Vegan, vegetarian, gluten-free, dairy-free, kosher, halal, pescetarian, fruitarian, lacto vegetarian, ovo-lacto-vegetarian: Planning food and beverage is more complex than ever, given the growing number of dietary restrictions. And for guests with food allergies, a meal even may have life or death consequences. 

“Anaphylaxis is an ugly thing,” says Lori Shepard, executive chef and owner of Simply Scrumptious Catering in Dexter. “You never want to have to call an ambulance in the middle of your event.” 

Fortunately, accommodating folks with food allergies is not difficult, even when you have thousands of guests at an event. For one, they’re fully aware of the consequences of not having their needs met.

“Those people will find you, seek you out and let you know,” says Josef Huber, corporate chef of the Amway Hotel Corporation in Grand Rapids

Chefs like Scott Sundermeyer, the executive chef at Cobo Center, have eliminated major allergens like tree nuts and peanuts from their menus. Instead of offering a pecan-encrusted fish, for example, Sundermeyer encrusts in potato for a similar look and texture. Huber likewise has replaced wheat flour in sauces with brownrice flour and corn starch, which has made most of his menu items gluten-free. 

Still, making special meals requires careful planning and preparation that may involve the attention of the entire kitchen staff before any other foods are prepared, in order to prevent cross-contamination. A person with celiac disease, for instance, may get ill if food is cooked on the same grill or cut with the same knife as foods that contain gluten, says Shepard, who has gluten sensitivity issues herself. 

In some cases of severe dietary restrictions, Sundermeyer employs a strict chain of command, delegating one chef to cook the special meal and one server to bring it to the guest.

“If you know ahead of time, [accommodating those guests] is not a big deal,” Huber says. 

Food Fight

It’s when people request special meals without giving advance notice that throws a finely tuned kitchen into chaos. 

This often happens at galas and fundraisers where companies buy tables and planners don’t know who’s attending or what their dietary restrictions are until they’re seated. Another pet peeve: guests who decide on the spot to be vegetarian or gluten-free instead of eating the entrée they reserved. 

Gluten-free is more than 50 percent of the special meals requested at events, Huber says. “But I usually need zero gluten-free desserts.” 

Regardless, all dietary requests must be taken seriously. “If someone tells me they’re gluten-free, I don’t ask them if it’s a (lifestyle) choice; I just assume it’s because they need to be,” Shepard says.

Chefs work around these last-minute requests by preparing enough gluten-free and/or vegan meals to accommodate five to 10 percent of total attendees, while servers and kitchen staff sort out issues like a guest needing a cheesefree entrée or dairy-free salad dressing. Huber prepares double the number of requested special meals when shellfish is on the menu in order to accommodate guests with shellfish allergies.

Sometimes, depending on a group’s history, he’ll also hold back 10 percent of plates, serving them up as requested so he’s not left with 100 plated servings of beef filet because attendees changed their minds.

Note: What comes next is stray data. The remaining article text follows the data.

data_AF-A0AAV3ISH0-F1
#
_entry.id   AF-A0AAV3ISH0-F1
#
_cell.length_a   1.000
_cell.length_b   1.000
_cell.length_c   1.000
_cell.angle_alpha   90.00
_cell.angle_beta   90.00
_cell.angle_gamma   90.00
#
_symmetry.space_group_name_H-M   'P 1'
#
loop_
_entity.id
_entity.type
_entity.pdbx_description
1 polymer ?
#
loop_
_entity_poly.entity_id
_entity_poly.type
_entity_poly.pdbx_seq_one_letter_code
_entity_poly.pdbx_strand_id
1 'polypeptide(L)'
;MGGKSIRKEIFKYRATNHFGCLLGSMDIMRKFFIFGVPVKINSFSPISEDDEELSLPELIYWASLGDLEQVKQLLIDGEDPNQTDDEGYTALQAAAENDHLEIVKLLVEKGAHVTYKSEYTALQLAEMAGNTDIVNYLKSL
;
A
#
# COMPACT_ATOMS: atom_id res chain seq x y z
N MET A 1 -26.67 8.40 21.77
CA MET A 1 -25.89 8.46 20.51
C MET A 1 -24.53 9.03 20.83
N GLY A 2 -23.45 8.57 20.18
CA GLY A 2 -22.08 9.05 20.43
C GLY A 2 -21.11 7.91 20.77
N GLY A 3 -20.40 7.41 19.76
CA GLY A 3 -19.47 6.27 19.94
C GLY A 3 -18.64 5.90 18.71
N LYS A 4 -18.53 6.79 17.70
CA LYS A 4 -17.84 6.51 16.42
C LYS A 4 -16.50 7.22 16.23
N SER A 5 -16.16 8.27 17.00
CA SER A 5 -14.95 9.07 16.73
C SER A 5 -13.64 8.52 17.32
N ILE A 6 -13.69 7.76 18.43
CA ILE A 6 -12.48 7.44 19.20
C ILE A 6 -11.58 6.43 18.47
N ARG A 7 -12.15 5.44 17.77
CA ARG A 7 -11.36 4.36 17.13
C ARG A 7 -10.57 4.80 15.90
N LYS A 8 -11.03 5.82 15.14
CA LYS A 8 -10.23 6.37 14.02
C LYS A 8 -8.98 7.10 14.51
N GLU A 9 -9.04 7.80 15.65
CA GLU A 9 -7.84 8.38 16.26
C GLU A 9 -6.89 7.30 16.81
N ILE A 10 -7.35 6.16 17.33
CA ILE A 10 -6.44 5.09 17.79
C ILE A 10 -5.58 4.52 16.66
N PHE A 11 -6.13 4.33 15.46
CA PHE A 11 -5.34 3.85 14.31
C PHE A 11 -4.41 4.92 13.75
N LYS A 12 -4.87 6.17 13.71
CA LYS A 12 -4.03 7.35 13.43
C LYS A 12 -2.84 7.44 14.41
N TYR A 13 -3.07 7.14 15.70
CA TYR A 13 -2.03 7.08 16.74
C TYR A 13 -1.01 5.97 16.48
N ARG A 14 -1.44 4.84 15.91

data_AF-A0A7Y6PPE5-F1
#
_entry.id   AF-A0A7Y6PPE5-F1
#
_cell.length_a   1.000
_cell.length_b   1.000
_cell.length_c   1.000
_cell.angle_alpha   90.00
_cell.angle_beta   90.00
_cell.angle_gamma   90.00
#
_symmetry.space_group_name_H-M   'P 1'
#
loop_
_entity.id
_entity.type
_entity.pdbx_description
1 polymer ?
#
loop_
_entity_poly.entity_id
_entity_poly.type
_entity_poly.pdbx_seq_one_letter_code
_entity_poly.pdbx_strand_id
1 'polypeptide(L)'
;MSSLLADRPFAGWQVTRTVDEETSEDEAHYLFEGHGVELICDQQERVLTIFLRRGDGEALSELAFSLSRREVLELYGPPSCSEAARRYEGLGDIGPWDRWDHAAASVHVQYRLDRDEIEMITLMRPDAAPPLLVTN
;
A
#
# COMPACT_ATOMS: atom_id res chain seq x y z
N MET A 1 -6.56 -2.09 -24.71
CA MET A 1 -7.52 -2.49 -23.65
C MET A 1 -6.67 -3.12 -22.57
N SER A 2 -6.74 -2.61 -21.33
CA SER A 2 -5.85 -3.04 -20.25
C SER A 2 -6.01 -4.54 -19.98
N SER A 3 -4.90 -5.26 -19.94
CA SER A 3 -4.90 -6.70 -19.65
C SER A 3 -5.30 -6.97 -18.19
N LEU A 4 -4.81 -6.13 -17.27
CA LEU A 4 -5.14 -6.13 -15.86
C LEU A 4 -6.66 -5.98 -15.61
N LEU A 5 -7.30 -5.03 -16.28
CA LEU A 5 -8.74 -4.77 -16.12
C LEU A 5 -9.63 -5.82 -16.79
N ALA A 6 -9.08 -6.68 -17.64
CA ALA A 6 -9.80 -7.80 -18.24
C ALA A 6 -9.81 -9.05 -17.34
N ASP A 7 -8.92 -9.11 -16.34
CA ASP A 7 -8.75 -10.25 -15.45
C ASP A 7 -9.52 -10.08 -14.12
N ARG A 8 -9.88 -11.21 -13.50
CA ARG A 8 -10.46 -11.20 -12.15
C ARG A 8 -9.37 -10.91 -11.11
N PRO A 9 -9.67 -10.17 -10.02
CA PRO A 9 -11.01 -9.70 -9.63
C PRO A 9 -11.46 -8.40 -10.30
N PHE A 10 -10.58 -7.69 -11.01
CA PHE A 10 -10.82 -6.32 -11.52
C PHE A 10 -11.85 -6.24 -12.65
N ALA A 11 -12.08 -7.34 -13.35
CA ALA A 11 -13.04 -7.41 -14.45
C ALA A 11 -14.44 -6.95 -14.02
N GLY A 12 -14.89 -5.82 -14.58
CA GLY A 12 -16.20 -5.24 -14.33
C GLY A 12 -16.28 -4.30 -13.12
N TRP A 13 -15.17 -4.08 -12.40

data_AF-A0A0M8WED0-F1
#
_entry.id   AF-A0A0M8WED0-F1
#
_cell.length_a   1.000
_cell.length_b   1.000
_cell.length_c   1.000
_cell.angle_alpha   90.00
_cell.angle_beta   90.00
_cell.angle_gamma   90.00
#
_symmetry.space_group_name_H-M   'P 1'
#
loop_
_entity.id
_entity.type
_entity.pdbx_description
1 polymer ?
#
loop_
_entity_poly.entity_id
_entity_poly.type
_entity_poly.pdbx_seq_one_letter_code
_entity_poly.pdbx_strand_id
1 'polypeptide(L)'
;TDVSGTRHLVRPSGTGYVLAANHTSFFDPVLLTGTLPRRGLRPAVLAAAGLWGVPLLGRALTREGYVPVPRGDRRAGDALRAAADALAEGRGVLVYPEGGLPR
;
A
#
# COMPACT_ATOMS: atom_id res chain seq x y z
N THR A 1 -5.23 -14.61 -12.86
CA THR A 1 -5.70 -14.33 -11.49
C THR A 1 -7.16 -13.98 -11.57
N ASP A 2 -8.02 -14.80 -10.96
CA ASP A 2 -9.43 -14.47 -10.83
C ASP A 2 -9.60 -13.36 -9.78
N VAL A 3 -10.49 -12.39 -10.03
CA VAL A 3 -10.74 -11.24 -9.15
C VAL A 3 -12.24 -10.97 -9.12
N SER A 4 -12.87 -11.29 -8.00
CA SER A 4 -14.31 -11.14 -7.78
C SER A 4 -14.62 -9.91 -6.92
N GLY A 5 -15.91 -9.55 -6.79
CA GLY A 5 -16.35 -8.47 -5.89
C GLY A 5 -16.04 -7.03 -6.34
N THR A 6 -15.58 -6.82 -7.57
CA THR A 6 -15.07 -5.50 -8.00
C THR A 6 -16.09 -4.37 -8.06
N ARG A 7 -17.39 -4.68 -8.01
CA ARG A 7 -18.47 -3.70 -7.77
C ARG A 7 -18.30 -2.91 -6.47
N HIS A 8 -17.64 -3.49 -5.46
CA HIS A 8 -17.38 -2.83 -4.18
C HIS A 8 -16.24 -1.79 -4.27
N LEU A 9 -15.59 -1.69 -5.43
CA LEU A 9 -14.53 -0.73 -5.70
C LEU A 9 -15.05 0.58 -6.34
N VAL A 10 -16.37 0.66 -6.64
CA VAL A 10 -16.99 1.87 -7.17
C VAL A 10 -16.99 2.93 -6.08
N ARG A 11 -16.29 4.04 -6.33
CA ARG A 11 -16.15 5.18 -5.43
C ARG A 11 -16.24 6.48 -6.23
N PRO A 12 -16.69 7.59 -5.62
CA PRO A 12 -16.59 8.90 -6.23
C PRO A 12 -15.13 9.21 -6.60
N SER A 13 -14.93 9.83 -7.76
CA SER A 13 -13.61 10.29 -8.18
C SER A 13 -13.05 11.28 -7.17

Off-premise caterers like Simply Scrumptious face a bigger challenge, as they may not have game-time access to a full kitchen to prepare or modify special meals. If guests request gluten-free without any advance warning and the fish has been drenched in flour, they may end up eating salad and vegetables, Shepard says.

Count Carefully

Be aware: Special meal requests may cost you. 

Last year, Huber began charging clients for special meals prepared in addition to the original meal count. Preparing meals that don’t get eaten and then having to prepare others in their place is very costly, he says. He put his foot down after serving an extra 200 such meals at a gala for 2,000 to guests who didn’t request them in advance. The chargeback got the attention of gala planners: At their next event, requests for special meals dropped by about two-thirds. 

Shepard doesn’t charge more for making vegetarian meals but does when her team has to prepare multiple kinds of meals with dietary restrictions. A kosher meal also incurs an extra fee because it involves additional expenses in terms of ingredients and preparation, she says.

Despite the cost and frustration special requests can sometimes cause, it’s important to remember what can be at stake for attendees.

“It’s scary for someone with dietary restrictions to eat publicly,” says Lindsay Krause, senior meeting and event manager at Ferndale-based Special D Events and the mother of a child with life-threatening peanut and tree-nut allergies. Such individuals are at the mercy of catering staff, banquet staff and event planners. “Planners need to help keep them safe, and do so in a kind manner,” Krause says. 

Shepard agrees: “If [guests] were important enough to invite, then they’re important enough to treat with the respect that they need for their diets.” 

Food Allergies By the Numbers

25 percent of Americans eat gluten-free foods, a 67 percent increase from 2013. —Mintel, 2015

1 in 133 people suffer from celiac disease, an autoimmune response to gluten. —University of Chicago Medicine

60 percent of American adults say they restrict at least one nutritional component from their diet. —Harris Poll, 2014

15 million people in the United States have food allergies, including 9 million adults. —Food Allergy Research & Education

Every 3 minutes a food- allergy reaction sends someone to the emergency room, for more than 200,000 visits per year. —Food Allergy Research & Education

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